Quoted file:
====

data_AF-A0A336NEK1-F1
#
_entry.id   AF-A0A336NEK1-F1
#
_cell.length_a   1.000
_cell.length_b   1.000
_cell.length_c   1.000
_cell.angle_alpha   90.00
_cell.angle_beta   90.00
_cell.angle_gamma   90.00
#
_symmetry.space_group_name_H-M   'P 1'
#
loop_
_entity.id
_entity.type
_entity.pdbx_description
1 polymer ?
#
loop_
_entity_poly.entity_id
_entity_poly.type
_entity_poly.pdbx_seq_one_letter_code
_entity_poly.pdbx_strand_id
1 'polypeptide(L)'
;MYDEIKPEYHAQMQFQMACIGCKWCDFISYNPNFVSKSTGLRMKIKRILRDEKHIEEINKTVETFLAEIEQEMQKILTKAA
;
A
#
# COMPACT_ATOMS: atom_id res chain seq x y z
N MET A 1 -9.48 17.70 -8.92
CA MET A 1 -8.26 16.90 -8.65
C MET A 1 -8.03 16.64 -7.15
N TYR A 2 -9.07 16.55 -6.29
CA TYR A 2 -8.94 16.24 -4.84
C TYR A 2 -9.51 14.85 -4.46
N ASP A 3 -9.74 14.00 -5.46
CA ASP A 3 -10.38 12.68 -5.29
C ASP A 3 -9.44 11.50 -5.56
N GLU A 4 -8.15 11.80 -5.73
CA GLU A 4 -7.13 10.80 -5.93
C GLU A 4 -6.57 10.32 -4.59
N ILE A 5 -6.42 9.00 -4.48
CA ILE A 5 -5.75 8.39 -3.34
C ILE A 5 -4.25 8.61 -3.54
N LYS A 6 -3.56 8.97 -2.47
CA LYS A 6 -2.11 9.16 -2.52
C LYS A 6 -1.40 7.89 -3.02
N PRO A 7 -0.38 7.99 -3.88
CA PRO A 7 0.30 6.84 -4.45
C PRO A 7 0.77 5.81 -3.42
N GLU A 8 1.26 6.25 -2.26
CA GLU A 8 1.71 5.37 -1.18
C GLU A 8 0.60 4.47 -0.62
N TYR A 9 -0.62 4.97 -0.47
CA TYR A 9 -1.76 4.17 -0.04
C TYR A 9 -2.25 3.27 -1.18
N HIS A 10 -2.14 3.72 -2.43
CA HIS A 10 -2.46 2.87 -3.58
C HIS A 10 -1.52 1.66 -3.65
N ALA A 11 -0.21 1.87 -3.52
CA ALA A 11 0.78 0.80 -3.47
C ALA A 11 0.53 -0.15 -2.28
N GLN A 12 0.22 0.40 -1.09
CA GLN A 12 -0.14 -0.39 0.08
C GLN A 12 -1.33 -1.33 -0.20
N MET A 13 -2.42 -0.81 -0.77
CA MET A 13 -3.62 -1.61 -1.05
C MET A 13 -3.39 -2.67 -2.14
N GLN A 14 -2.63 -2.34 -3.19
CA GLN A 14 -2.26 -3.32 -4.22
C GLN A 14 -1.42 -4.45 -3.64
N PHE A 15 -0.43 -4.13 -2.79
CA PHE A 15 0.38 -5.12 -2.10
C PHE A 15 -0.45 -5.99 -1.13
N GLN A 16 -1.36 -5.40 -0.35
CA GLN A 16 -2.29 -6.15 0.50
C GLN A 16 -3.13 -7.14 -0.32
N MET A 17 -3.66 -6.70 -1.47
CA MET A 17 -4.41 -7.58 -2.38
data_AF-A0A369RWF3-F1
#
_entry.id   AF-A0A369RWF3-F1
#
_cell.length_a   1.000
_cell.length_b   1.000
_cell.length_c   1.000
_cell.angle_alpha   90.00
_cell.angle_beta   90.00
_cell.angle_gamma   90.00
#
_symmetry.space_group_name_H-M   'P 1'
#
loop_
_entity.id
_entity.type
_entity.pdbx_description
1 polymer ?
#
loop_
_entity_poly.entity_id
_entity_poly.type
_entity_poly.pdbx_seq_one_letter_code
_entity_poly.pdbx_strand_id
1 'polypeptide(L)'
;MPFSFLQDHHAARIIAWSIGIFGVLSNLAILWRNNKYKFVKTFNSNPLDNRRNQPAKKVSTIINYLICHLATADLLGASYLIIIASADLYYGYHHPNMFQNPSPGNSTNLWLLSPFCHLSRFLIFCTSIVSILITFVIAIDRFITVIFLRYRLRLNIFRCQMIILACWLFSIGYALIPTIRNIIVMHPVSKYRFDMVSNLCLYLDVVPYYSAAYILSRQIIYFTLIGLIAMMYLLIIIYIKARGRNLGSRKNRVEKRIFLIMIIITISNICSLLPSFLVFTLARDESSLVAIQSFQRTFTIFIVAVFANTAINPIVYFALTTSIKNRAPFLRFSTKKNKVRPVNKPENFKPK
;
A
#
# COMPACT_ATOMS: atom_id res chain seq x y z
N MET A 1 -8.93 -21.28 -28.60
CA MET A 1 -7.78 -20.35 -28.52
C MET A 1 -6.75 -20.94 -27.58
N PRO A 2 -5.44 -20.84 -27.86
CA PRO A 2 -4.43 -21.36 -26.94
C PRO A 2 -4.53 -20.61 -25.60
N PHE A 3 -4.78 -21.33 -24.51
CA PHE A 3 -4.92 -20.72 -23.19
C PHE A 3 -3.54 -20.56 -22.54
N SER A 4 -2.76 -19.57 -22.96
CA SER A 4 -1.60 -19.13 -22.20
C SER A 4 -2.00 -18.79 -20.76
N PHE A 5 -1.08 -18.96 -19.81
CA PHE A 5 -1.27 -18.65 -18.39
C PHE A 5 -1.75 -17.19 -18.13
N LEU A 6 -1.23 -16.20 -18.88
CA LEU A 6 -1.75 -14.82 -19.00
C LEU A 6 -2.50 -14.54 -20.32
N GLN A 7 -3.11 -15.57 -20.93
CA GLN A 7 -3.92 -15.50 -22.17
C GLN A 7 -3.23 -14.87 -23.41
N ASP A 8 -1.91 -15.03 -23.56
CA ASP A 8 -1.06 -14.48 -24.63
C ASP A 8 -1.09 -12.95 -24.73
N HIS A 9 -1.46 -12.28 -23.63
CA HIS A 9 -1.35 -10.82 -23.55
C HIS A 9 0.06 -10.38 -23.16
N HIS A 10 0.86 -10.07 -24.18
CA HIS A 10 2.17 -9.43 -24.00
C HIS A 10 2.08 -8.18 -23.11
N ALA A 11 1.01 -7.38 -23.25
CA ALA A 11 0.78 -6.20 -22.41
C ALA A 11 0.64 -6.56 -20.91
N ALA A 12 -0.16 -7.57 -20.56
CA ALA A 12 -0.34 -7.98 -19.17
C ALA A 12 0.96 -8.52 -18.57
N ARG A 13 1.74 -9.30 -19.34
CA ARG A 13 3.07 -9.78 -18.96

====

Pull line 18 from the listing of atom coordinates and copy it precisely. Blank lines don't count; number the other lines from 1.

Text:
1 polymer ?